date: March 1, 2012
T. Scott Plutchak 1) has written a very nice article addressing the critique that libraries (specifically academic libraries) are on the decline. Of particular interest for me, given our ALISE presentation this January (with Matthew Altman) is the confusion about agency in our field — specifically, the concern about the use of 'libraries' as if libraries are agents, which entail they can act. Matt and I address this issue in relation to our field's stated ethics. 2) We pick on the Library Bill of Rights for its wording–ex: “Libraries should provide …”, “Libraries should challenge …”, and so forth, and argue that more accurate (theoretically and not just grammatically) ethical propositions should be re-formed. That is, the term “librarians” should be used — ex: “Librarians should provide …”, etc.
Plutchak says what he learned as editor of the Bulletin of the Medical Library Association (BMLA) was that
throughout this varied catalog of articles [articles submitted to the journal and that he was reading as the editor], I noted a consistent thread. Whatever it was that was being done, it was the library that was reported as the agent. It was “The Library” that had initiated this new program or was engaged in this particular interesting project. The more that I noticed this, the more it began to trouble me. “Libraries,” I thought, “are just buildings, or gatherings of objects, or an abstract diagram on an organization chart. Libraries don't do anything—people do.”
Interestingly, in an early view article from the Journal of the American Society for Information Science and Technology (JASIST), Vincent Larivière, Cassidy Sugimoto, and Blaise Cronin use bibliometric measures to chronicle the first hundred years of library and information science. There's a good tie in between their article and Plutchak's (and to some other work that the author from the JASIST article, Cassidy Sugimoto, has done with others; see Finlay, C.S., Sugimoto, C.R., Li, D., and Russell, T.G, 2012). Under the section “Stable and Declining Words,” Larivière, Sugimoto, and Cronin find that the truncated term, librar*, as well as the term, librarian, have both declined (proportionally) over the time period as apparent subject and research topics in library and information science literature. For the latter term, it's a fairly striking decline. They write that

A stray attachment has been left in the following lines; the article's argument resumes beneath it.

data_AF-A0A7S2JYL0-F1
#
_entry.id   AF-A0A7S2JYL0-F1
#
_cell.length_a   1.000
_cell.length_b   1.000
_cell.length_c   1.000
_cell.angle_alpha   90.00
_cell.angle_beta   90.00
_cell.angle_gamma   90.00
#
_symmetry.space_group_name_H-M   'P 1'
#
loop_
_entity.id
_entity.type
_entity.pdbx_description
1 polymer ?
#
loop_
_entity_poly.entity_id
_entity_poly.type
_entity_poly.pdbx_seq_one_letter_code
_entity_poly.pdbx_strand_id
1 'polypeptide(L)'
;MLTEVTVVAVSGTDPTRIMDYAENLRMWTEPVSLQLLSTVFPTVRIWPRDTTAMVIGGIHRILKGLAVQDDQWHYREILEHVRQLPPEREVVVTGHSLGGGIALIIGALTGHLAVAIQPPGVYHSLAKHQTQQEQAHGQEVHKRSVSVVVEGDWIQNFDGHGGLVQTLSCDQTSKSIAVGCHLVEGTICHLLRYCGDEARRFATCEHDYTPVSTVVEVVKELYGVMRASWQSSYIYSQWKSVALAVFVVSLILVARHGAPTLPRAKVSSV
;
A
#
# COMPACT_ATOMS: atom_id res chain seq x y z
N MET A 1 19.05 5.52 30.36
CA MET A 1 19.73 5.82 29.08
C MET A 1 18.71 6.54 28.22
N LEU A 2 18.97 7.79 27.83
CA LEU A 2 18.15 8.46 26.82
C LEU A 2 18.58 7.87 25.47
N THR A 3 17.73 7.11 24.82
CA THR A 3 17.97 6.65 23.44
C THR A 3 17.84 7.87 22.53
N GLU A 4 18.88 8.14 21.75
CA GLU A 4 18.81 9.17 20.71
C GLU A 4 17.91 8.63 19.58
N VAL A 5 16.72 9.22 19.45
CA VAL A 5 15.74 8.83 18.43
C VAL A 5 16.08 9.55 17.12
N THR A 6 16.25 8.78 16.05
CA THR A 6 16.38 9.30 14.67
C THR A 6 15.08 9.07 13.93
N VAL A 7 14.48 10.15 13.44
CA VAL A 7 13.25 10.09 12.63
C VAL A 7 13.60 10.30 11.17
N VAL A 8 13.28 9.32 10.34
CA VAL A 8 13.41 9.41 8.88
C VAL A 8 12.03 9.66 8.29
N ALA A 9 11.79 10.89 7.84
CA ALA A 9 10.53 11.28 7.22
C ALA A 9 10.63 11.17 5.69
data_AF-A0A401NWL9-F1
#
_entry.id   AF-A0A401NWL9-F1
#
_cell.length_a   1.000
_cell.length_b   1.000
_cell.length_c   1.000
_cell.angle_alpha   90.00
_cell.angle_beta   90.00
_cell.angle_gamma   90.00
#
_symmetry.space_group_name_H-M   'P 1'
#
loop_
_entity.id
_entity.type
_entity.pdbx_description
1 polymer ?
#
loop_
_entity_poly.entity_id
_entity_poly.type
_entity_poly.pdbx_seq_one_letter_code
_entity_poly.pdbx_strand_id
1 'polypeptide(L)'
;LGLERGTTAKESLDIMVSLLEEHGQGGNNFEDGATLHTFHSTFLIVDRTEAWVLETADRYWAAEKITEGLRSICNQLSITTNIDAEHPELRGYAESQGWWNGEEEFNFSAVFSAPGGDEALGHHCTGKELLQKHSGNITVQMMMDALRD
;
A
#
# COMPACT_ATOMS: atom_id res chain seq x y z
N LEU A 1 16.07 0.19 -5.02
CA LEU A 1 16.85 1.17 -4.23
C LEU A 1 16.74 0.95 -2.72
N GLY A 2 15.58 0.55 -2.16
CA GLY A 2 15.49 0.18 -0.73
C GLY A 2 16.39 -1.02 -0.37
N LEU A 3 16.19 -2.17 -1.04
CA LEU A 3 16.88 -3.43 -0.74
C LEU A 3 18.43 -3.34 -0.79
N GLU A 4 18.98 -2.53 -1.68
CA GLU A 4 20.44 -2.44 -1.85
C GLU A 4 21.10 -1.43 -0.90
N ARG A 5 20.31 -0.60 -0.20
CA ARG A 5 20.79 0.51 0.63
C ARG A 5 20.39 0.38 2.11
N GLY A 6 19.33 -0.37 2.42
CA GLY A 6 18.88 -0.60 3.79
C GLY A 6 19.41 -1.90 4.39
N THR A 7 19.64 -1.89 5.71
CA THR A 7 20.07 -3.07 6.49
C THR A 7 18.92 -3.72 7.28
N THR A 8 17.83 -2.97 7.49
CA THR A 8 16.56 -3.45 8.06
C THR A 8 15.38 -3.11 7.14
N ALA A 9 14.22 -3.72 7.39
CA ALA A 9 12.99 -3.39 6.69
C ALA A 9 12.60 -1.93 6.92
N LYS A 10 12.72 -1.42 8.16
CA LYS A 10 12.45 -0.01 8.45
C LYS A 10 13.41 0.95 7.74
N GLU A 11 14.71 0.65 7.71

the term librar* was found in nearly 70% of all titles in the early part of the century but the corresponding figure today is 16%, the most dramatic decline of all (although this still represents a large proportion of the overall literature). However, this is not necessarily an indication that the absolute amount of library literature has declined, but rather that the proportion of such literature has declined as information science journals were founded (Donohue & Karioth, 1966). Librarian has also decreased, from 7% in the first part of the century to less than 1% today. The most precipitous decline happened between 1960 and 1980, when many information-related terms entered the literature (early view edition, p. 11).
Of course, this is a bird's eye historical view, but it's certainly worth further investigation – and action. My hope is that Plutchak's argument can gain some momentum and reverse the tide a bit in terms of research focusing on librarians. His is a very nice article about the potential great age of librarians versus the previous great age of libraries (there's certainly an interesting corrollary in the literature between the shift in focus from libraries to users).
Finlay, C.S., Sugimoto, C.R., Li, D., and Russell, T.G. (2012). LIS dissertation titles and abstracts (1930-2009): Where have all the librar* gone? The Library Quarterly, 82(1), 29-46. http://www.jstor.org/pss/10.1086/662945
Larivière, V., Sugimoto, C.R., and Cronin, B. (2012). A bibliometric chronicling of library and information science's first hundred years. Journal of the American Society for Information Science and Technology, 63(5). doi:http://dx.doi.org/10.1002/asi.22645
Plutchak, T. Scott. (2012). Breaking the barrier of time and space: The dawning of the great age of librarians. Journal of the Medical Library Association, 100(1), 10-19. Available here: http://www.ncbi.nlm.nih.gov/pmc/articles/PMC3257492/